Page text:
shows some of the parameters (and default values) for the tcp btl component (use --level to show all the parameters; see below).

Note that ompi_info only shows a small number a component’s MCA parameters by default. Each MCA parameter has a “level” value from 1 to 9, corresponding to the MPI-3 MPI_T tool interface levels. In Open MPI, we have interpreted these nine levels as three groups of three:

  1. End user / basic
  2. End user / detailed
  3. End user / all
  4. Application tuner / basic
  5. Application tuner / detailed
  6. Application tuner / all
  7. MPI/OpenSHMEM developer / basic
  8. MPI/OpenSHMEM developer / detailed
  9. MPI/OpenSHMEM developer / all

Here’s how the three sub-groups are defined:

  1. End user: Generally, these are parameters that are required for correctness, meaning that someone may need to set these just to get their MPI/OpenSHMEM application to run correctly.
  2. Application tuner: Generally, these are parameters that can be used to tweak MPI application performance.
  3. MPI/OpenSHMEM developer: Parameters that either don’t fit in the other two, or are specifically intended for debugging/development of Open MPI itself.

Each sub-group is broken down into three classifications:

  1. Basic: For parameters that everyone in this category will want to see.
  2. Detailed: Parameters that are useful, but you probably won’t need to change them often.
  3. All: All other parameters – probably including some fairly esoteric parameters.

To see all available parameters for a given component, specify that ompi_info should use level 9:

shell$ ompi_info --param btl tcp --level 9

These values can be overridden at run-time in several ways. At run-time, the following locations are examined (in order) for new values of parameters:

  1. PREFIX/etc/openmpi-mca-params.conf: This file is intended to set any system-wide default MCA parameter values – it will apply, by default, to all users who use this Open MPI installation. The default file that is installed contains many comments explaining its format.

  2. $HOME/.openmpi/mca-params.conf: If this file exists, it should be in the same format as PREFIX/etc/openmpi-mca-params.conf. It is intended to provide per-user default parameter values.

  3. environment variables of the form OMPI_MCA_<name> set equal to a VALUE: Where <name> is the name of the parameter. For example, set the variable named OMPI_MCA_btl_tcp_frag_size to the value 65536 (Bourne-style shells):

    export OMPI_MCA_btl_tcp_frag_size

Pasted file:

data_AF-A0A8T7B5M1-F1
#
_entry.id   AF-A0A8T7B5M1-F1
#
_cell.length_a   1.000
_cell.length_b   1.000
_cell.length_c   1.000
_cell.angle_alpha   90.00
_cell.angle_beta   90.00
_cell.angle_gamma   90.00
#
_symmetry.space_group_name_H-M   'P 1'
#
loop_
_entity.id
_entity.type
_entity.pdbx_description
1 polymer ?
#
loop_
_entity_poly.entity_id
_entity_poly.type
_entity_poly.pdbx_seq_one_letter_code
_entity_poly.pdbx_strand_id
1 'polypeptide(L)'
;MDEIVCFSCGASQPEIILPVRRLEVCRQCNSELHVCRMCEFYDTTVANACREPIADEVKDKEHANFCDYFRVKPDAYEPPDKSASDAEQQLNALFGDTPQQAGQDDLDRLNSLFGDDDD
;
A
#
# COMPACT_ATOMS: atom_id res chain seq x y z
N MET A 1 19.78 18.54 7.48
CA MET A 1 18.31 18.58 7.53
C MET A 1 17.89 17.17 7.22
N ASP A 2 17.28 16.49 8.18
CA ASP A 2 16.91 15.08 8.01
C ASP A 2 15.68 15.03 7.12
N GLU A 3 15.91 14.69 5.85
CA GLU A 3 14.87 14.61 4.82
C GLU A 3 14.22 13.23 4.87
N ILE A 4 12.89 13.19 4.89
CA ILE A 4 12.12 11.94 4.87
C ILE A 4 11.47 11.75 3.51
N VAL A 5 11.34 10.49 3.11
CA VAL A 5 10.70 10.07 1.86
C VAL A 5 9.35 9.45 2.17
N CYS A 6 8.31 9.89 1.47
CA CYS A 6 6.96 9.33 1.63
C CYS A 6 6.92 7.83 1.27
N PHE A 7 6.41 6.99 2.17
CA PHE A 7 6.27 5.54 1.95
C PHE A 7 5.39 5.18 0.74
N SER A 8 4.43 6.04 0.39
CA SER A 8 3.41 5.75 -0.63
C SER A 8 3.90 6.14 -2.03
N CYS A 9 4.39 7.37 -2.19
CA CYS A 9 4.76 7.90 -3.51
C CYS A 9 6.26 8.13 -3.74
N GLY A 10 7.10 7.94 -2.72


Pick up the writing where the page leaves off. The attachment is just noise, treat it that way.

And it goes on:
4. the mpirun/oshrun command line: --mca NAME VALUE

    Where <name> is the name of the parameter. For example:

    mpirun --mca btl_tcp_frag_size 65536 -np 2 hello_world_mpi

These locations are checked in order. For example, a parameter value passed on the mpirun command line will override an environment variable; an environment variable will override the system-wide defaults.

Each component typically activates itself when relevant. For example, the usNIC component will detect that usNIC devices are present and will automatically be used for MPI communications. The SLURM component will automatically detect when running inside a SLURM job and activate itself. And so on. Components can be manually activated or deactivated if necessary, of course. The most common components that are manually activated, deactivated, or tuned are the btl components – components that are used for MPI point-to-point communications on many types common networks.

For example, to only activate the tcp and self (process loopback) components are used for MPI communications, specify them in a comma-delimited list to the btl MCA parameter:

mpirun --mca btl tcp,self hello_world_mpi

To add shared memory support, add sm into the command-delimited list (list order does not matter):

mpirun --mca btl tcp,sm,self hello_world_mpi

(there used to be a vader BTL for shared memory support; it was renamed to sm in Open MPI v5.0.0, but the alias vader still works as well)

To specifically deactivate a specific component, the comma-delimited list can be prepended with a ^ to negate it:

mpirun --mca btl ^tcp hello_mpi_world

The above command will use any other btl component other than the tcp component.